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XPS depth profile analysis of a Li electrode after the 50th cycle at 0.5 mA/cm 2 current density in carbonate (D/E-0) and mixed carbonate−ether (D/E-30) electrolytes. Surface element contents of Li electrodes cycled in (a) D/E-0 and (b) D/E-30 electrolytes. (c) Fitted C 1s and O 1s XPS spectra of Li electrodes cycled in D/E-0 and D/E-30 electrolytes. 

XPS depth profile analysis of a Li electrode after the 50th cycle at 0.5 mA/cm 2 current density in carbonate (D/E-0) and mixed carbonate−ether (D/E-30) electrolytes. Surface element contents of Li electrodes cycled in (a) D/E-0 and (b) D/E-30 electrolytes. (c) Fitted C 1s and O 1s XPS spectra of Li electrodes cycled in D/E-0 and D/E-30 electrolytes. 

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Article
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Batteries with lithium (Li) metal anodes are promising because of lithium’s high energy density. However, the growth of Li dendrites on the surface of the Li electrode in a liquid electrolyte during cycling reduces the safety and cycle performance of batteries, hindering their commercial application. In this work, we observe for the first time a sm...

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... the case of the DME-30 electrolyte, the Li deposits exhibit a flat outer surface and an average diameter of ∼10 μm (Figure 1d 1−3 ). In addition, the cross-sectional SEM image ( Figure S3) shows that the deposited Li exhibits a columnlike structure. Note that the Li electrode cycled in D/E-30 shows Li deposits that are even denser than those of the electrode cycled in the electrolyte with 100% DME ( Figure S4). ...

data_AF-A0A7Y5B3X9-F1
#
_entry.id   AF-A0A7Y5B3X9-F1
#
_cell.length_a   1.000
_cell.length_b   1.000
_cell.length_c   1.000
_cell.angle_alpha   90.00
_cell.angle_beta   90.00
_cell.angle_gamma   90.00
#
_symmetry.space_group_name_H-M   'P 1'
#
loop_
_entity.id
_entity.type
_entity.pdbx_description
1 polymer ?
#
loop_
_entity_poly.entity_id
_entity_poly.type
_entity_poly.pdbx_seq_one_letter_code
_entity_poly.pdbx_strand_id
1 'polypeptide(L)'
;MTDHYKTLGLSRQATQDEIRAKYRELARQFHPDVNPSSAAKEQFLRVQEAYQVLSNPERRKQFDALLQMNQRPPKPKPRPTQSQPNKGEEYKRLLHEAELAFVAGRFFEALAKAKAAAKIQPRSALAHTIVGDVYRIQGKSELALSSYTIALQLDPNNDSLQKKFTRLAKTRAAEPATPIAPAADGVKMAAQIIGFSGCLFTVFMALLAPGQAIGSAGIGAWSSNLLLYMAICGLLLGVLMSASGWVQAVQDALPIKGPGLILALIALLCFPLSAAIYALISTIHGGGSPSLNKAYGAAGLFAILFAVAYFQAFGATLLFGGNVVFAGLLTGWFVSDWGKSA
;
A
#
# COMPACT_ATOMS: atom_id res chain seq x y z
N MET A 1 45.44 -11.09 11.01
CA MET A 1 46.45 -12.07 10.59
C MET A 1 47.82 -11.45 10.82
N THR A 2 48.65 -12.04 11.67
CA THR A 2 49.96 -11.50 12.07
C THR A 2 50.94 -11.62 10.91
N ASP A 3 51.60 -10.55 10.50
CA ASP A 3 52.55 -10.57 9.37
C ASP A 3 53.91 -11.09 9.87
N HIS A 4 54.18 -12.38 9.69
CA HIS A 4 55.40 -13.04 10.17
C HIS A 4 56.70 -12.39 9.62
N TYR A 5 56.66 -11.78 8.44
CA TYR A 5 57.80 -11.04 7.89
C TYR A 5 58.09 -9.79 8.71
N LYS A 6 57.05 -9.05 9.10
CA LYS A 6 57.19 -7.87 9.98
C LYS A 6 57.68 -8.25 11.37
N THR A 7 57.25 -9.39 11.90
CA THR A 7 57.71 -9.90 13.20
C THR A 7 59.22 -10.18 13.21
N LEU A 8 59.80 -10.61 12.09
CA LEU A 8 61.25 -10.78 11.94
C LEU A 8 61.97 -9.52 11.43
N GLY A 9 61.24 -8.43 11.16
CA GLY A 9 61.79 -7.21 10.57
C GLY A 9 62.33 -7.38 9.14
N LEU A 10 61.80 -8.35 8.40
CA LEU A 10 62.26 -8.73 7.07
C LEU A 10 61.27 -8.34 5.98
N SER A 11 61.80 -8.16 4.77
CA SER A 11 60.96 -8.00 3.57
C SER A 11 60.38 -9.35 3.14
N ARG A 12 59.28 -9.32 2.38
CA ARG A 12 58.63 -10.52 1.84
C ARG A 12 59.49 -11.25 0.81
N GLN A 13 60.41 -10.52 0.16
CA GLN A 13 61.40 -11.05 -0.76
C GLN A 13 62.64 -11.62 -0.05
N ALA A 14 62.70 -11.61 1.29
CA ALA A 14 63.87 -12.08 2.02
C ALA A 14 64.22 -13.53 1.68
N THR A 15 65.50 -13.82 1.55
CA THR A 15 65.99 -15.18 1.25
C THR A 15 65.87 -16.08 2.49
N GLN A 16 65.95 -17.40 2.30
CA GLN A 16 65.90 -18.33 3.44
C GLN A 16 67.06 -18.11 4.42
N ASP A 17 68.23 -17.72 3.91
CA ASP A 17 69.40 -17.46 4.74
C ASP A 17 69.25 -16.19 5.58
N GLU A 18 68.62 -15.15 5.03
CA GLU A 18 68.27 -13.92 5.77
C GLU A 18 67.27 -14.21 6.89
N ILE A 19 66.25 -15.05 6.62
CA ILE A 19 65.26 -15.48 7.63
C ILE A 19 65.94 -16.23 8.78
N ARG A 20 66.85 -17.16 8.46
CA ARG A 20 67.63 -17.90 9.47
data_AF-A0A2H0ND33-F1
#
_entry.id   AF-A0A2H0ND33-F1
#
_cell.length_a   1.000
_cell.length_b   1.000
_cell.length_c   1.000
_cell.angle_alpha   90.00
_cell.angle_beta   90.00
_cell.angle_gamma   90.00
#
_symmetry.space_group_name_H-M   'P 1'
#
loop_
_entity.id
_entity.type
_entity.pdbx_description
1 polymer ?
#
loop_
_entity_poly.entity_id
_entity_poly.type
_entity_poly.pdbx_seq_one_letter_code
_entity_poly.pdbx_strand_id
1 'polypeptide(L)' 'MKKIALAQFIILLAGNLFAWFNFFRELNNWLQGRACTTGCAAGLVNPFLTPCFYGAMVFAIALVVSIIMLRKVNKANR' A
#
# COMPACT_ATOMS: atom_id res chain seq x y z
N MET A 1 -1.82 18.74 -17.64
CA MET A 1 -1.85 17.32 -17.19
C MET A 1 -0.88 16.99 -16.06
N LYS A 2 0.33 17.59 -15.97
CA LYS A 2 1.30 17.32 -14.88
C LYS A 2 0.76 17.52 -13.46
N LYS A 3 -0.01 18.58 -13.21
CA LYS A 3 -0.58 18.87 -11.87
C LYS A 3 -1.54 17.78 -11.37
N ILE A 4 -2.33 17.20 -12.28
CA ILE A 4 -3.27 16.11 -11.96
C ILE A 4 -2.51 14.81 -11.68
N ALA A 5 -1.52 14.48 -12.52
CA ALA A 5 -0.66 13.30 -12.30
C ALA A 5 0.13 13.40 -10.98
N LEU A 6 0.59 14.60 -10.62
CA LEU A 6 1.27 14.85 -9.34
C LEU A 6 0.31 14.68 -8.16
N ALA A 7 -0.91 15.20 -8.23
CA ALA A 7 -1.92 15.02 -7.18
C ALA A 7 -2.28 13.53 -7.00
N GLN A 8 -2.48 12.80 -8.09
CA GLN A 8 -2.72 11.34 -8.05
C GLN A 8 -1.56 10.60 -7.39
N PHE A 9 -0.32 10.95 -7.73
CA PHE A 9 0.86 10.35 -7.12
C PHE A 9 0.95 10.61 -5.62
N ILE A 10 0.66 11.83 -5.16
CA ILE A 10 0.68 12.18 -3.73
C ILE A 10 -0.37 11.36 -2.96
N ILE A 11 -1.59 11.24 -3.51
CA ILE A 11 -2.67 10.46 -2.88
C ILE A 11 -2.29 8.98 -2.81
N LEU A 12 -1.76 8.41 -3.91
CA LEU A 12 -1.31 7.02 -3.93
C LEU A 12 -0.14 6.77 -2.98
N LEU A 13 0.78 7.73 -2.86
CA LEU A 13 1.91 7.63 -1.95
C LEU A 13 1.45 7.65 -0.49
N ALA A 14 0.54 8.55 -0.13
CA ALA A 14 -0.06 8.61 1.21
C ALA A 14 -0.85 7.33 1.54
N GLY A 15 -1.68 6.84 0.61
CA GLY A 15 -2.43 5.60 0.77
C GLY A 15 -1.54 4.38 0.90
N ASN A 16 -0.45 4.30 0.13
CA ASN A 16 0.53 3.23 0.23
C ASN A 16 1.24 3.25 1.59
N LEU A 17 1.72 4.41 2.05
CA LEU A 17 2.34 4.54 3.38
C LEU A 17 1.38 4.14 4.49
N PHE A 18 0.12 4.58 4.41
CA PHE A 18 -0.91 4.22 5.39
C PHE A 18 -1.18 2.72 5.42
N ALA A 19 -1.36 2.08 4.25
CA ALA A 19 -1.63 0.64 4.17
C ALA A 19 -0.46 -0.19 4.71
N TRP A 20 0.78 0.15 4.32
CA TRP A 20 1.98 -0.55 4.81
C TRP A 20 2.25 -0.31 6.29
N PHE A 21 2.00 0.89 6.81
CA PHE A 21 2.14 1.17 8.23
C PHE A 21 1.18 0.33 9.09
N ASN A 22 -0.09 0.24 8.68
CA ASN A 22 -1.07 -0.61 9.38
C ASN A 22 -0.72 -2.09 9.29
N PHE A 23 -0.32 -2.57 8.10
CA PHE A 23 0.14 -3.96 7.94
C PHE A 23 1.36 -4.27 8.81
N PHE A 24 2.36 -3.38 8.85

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... electrodes after the 50th cycle in D/E-0 and D/E-30 were investigated by XPS depth profile analysis. The results of the elemental analysis and the fitted C and O spectra are shown in Figure 3. Compared to the D/E-0 electrolyte, for each etch time period, the F content substantially increased; by contrast, the O content substantially decreased for D/E-30 (Figure 3a,b). ...
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... electrodes after the 50th cycle in D/E-0 and D/E-30 were investigated by XPS depth profile analysis. The results of the elemental analysis and the fitted C and O spectra are shown in Figure 3. Compared to the D/E-0 electrolyte, for each etch time period, the F content substantially increased; by contrast, the O content substantially decreased for D/E-30 (Figure 3a,b). The fitted XPS spectra of elemental F, as shown in Figure S8, show that the majority of elemental F is associated with LiF in both electrodes. ...
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... fitted C XPS spectrum for D/E-0 ( Figure 3c (Figure 3c) shows peaks related to Li 2 O (528.4 eV), LiOH (531.2 eV), Li 2 CO 3 (531.8 eV), ROCO 2 Li (532 eV), and −(CH 2 CH 2 O) n − (533.4 eV). ...
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... fitted C XPS spectrum for D/E-0 ( Figure 3c (Figure 3c) shows peaks related to Li 2 O (528.4 eV), LiOH (531.2 eV), Li 2 CO 3 (531.8 eV), ROCO 2 Li (532 eV), and −(CH 2 CH 2 O) n − (533.4 eV). ...